Pointer Clauses

"Pointer clauses" modify the definitions of pointer declarations such as "int *" or "struct foo ***", or vector declarations such as "char [256]". Like all such clauses, they may be used to specify renamings for the classes. This is particularly useful for pointer types since they are not automatically assigned user-meaningful names. It also allows specification of the "superclasses:" option described in the Section called Specifying class inheritance. A typical use might be:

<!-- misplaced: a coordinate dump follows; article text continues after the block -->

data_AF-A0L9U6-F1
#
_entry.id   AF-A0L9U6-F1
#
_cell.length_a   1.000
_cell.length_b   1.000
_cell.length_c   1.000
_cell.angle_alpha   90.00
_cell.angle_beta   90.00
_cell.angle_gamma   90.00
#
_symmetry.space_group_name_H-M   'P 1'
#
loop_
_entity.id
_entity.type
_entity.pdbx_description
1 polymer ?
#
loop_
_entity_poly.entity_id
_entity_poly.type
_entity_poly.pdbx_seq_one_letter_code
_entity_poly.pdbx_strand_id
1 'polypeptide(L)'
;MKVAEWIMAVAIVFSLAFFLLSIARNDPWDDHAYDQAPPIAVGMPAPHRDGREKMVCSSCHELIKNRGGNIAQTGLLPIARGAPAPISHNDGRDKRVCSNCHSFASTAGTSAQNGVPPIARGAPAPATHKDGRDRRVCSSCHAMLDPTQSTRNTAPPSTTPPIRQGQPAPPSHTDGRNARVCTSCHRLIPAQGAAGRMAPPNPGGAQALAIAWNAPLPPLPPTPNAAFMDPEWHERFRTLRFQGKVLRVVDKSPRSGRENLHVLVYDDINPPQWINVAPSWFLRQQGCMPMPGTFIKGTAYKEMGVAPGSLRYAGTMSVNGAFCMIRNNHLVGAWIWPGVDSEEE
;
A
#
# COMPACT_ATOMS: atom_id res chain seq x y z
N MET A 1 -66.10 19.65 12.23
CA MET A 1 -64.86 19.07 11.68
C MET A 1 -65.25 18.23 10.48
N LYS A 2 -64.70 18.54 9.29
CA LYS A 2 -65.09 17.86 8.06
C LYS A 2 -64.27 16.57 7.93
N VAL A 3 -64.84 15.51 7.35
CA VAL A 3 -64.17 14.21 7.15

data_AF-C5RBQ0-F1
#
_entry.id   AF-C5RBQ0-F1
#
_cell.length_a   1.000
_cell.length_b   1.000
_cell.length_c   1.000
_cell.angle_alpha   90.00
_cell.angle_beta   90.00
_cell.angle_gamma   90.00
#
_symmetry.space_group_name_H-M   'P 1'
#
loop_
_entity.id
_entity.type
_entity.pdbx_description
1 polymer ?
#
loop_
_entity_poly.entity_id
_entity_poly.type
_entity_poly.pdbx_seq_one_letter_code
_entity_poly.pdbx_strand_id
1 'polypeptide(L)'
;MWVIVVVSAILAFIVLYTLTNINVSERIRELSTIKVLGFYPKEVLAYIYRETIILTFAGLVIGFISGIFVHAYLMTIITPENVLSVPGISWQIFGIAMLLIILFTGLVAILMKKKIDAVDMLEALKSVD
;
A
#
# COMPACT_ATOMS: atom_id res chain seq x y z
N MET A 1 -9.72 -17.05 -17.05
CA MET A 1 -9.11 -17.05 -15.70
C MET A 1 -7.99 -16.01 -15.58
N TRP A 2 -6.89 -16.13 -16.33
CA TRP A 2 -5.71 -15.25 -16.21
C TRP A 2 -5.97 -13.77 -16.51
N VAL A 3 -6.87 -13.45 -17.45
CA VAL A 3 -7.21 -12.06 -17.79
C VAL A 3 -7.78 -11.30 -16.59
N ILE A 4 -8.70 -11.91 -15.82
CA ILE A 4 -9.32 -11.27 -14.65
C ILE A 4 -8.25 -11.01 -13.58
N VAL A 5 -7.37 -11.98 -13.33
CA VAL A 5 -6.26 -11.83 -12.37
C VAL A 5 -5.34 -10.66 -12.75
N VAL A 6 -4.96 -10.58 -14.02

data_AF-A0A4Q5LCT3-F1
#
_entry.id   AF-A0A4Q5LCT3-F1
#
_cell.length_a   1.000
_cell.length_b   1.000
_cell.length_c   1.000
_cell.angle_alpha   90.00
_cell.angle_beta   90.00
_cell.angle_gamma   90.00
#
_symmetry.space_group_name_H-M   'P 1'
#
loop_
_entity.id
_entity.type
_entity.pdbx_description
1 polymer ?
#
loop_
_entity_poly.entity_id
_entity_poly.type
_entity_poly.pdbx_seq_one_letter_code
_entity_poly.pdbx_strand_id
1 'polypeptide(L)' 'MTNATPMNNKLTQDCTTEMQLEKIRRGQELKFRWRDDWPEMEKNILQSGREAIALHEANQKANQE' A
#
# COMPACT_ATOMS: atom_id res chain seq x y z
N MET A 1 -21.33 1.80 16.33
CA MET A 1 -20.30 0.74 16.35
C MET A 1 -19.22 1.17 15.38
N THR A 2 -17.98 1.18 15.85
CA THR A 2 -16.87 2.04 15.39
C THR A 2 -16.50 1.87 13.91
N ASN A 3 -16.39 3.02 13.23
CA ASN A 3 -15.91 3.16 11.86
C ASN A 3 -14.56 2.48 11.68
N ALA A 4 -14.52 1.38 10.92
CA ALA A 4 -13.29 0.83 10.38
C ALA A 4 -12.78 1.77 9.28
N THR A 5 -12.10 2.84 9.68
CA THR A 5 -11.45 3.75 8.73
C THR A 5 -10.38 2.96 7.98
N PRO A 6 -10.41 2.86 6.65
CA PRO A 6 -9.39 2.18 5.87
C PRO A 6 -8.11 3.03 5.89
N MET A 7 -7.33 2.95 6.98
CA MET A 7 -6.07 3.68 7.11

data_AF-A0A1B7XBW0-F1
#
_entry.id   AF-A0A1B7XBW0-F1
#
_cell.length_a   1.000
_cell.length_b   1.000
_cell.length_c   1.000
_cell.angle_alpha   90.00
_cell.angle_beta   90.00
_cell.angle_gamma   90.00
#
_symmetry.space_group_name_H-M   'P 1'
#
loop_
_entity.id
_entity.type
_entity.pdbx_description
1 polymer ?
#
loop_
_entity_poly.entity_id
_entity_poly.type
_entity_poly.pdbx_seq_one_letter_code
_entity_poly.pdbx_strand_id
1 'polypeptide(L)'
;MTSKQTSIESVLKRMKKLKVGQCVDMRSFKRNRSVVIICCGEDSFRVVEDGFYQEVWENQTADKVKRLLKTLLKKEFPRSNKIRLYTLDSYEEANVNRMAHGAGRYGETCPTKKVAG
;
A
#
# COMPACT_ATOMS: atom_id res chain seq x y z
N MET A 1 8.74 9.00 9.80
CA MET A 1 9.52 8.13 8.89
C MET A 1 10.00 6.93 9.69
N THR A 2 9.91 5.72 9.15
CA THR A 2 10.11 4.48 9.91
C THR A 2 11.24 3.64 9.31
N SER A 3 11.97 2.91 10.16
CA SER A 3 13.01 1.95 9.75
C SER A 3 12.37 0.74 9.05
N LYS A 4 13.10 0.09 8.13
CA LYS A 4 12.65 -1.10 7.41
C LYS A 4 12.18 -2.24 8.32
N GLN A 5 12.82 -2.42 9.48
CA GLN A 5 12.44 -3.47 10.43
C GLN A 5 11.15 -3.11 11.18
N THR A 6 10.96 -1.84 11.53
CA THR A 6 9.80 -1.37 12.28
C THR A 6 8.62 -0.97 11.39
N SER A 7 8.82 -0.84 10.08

define interface
   #include "vec.h";
   pointer "int *" => <int-vector>,
      superclasses: {<c-vector>};
   pointer "struct person **" => <people>,
      superclasses: {<c-vector>};
   pointer "char [256]" => <fixed-string>;
end interface;

This clause is particularly useful for declaring pointer types to be subclasses of <c-vector> so that they can be indexed via "element". (Note that this is not necessary for vector declarations, since they are automatically declared to be <c-vectors>.)